House Public Safety Finance Committee will focus on gun issues, including restrictions on high capacity ammunition magazines, banning assault-style weapons and whether teachers should carry guns in school.
Rukavina joining U.S. Rep. Nolan's staff (Duluth News-Tribune)
Tom Rukavina, the longtime Iron Range state lawmaker, has agreed to go to work for newly elected U.S. Rep Rick Nolan as a paid "district liaison" who will focus on mining, timber, tourism and other Iron Range issues.
Congress faces deep resistance to immigration plan (New York Times)
Debt ceiling fix could last until August (Politico)
Gov. Dayton's budget plan will be heard in the House and Senate tax committees today. The plan has received tons of scrutiny from Republicans who don't like the proposed tax hikes.
Democrats, however, have been walking a fine line when it comes to the plan. They're reluctant to fully embrace it but also don't want to trash a plan put forward by a member of their own party.
We'll see if any hop off of the fence they're sitting on during today's hearings. - Tom Scheck
Where's the bonding bill?
Gov. Dayton's budget includes a measure that would allow for a $500 million bonding bill this year. Rep. Alice Hausman, DFL-St. Paul, says she intends to introduce a "more robust" bill by Feb. 10.
Dayton says he'll propose a bonding bill that will address the State Capitol renovation and fund other public works projects but won't release his recommendations until after the February forecast. - Tom Scheck
Same-sex marriage supporters hire lobbying team
Minnesotans United for All Families has hired several lobbyists to advocate their cause at the State Capitol. Lobbyists for Messerli and Kramer have filed to lobby to legalize same-sex marriage in Minnesota.
Cristine Almeida, Ann Kaner-Roth, Larry Redmond and Jill Sletten have also filed paperwork to lobby for the group. -- Tom Scheck
A week after DFL Gov. Mark Dayton unveiled his budget proposal, Republicans legislators were turning up the heat on his plan to provide $500 property tax rebates to all homeowners.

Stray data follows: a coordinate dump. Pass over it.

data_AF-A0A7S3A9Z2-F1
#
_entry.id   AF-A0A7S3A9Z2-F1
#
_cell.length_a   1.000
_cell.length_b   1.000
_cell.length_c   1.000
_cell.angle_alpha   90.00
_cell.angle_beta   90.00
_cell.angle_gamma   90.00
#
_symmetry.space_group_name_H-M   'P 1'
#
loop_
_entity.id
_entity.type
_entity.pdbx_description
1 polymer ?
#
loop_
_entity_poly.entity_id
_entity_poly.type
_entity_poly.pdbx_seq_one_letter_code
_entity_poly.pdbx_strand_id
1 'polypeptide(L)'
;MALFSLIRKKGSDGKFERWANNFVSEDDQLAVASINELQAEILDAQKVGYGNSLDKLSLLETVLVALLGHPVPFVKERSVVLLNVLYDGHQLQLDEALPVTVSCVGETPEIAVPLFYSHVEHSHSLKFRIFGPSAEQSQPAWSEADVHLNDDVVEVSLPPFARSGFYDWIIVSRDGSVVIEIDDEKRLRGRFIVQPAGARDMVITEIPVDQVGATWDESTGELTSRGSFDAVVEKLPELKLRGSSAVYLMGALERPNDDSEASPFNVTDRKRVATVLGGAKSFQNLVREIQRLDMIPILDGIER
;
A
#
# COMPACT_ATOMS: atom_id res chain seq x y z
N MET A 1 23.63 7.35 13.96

One lawmaker suggested during a Senate tax committee hearing today that the proposal might be more about Dayton's 2014 re-election campaign than it is about making good tax policy. Sen. Julianne Ortman, R-Chanhassen, told Revenue Commissioner Myron Frans that she didn't understand why the governor would raise other taxes in order to buy down property taxes.
"I can't imagine why we would take sales tax dollars out of the pockets of middle income and poor Minnesotans just to write a check to property owners in the state of Minnesota," Ortman said. "I don't know why we would do that unless it looked like --forgive me for being cynical -- a re-election plan."
Commissioner Frans defended the proposal, saying it was a response to Minnesotans' complaints that property taxes are too high.
Later in the day, Gov. Dayton was also defending his plan. He also accused Republicans of not understanding the issue.
"If someone has got a better idea or another step forward, let's do that," Dayton said. "But if people just want to sit back and carp, and deny people a $500 property tax rebate, they're sure not in touch with the people I hear from every day and talk to every day."
DFL leaders in the House and Senate also want to provide property tax relief this session, but at least for now they have not embraced the governor's proposal.(0 Comments)
Posted at 3:35 PM on January 29, 2013
by Brett Neely
WASHINGTON - President Obama will be in Minneapolis on Monday, according to White House officials. The purpose of his visit is unclear. The White House said more details would be released "when they become available."
The President was last in Minnesota in June when he attended fundraising events on behalf of his re-election campaign.(0 Comments)